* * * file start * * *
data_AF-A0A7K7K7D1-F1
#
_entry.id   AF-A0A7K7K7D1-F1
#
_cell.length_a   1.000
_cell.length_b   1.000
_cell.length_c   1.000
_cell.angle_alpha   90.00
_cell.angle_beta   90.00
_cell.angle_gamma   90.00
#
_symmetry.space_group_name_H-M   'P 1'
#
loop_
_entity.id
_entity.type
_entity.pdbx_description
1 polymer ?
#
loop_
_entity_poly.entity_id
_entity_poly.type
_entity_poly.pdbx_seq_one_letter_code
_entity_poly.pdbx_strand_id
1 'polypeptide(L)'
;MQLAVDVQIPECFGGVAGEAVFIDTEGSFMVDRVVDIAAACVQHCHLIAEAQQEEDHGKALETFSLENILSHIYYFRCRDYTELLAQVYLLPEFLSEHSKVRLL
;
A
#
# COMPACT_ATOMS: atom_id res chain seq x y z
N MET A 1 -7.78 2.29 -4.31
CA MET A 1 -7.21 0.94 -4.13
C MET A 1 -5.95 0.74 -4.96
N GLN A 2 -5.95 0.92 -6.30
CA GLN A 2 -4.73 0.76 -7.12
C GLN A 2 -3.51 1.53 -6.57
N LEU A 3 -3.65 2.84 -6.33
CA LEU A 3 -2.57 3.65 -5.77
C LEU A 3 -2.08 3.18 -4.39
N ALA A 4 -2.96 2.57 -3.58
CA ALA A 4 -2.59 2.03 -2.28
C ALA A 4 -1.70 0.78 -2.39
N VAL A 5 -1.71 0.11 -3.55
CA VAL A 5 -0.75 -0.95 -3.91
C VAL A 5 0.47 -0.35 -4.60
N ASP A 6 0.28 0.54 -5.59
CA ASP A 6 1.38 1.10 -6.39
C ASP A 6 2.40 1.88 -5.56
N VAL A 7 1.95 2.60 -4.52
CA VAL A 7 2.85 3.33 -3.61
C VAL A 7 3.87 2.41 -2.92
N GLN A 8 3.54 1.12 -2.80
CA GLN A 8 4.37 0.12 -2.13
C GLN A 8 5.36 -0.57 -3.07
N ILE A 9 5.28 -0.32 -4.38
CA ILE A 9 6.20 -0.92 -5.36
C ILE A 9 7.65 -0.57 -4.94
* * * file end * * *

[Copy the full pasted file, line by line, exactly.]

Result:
data_AF-A0A7K7K7D1-F1
#
_entry.id   AF-A0A7K7K7D1-F1
#
_cell.length_a   1.000
_cell.length_b   1.000
_cell.length_c   1.000
_cell.angle_alpha   90.00
_cell.angle_beta   90.00
_cell.angle_gamma   90.00
#
_symmetry.space_group_name_H-M   'P 1'
#
loop_
_entity.id
_entity.type
_entity.pdbx_description
1 polymer ?
#
loop_
_entity_poly.entity_id
_entity_poly.type
_entity_poly.pdbx_seq_one_letter_code
_entity_poly.pdbx_strand_id
1 'polypeptide(L)'
;MQLAVDVQIPECFGGVAGEAVFIDTEGSFMVDRVVDIAAACVQHCHLIAEAQQEEDHGKALETFSLENILSHIYYFRCRDYTELLAQVYLLPEFLSEHSKVRLL
;
A
#
# COMPACT_ATOMS: atom_id res chain seq x y z
N MET A 1 -7.78 2.29 -4.31
CA MET A 1 -7.21 0.94 -4.13
C MET A 1 -5.95 0.74 -4.96
N GLN A 2 -5.95 0.92 -6.30
CA GLN A 2 -4.73 0.76 -7.12
C GLN A 2 -3.51 1.53 -6.57
N LEU A 3 -3.65 2.84 -6.33
CA LEU A 3 -2.57 3.65 -5.77
C LEU A 3 -2.08 3.18 -4.39
N ALA A 4 -2.96 2.57 -3.58
CA ALA A 4 -2.59 2.03 -2.28
C ALA A 4 -1.70 0.78 -2.39
N VAL A 5 -1.71 0.11 -3.55
CA VAL A 5 -0.75 -0.95 -3.91
C VAL A 5 0.47 -0.35 -4.60
N ASP A 6 0.28 0.54 -5.59
CA ASP A 6 1.38 1.10 -6.39
C ASP A 6 2.40 1.88 -5.56
N VAL A 7 1.95 2.60 -4.52
CA VAL A 7 2.85 3.33 -3.61
C VAL A 7 3.87 2.41 -2.92
N GLN A 8 3.54 1.12 -2.80
CA GLN A 8 4.37 0.12 -2.13
C GLN A 8 5.36 -0.57 -3.07
N ILE A 9 5.28 -0.32 -4.38
CA ILE A 9 6.20 -0.92 -5.36
C ILE A 9 7.65 -0.57 -4.94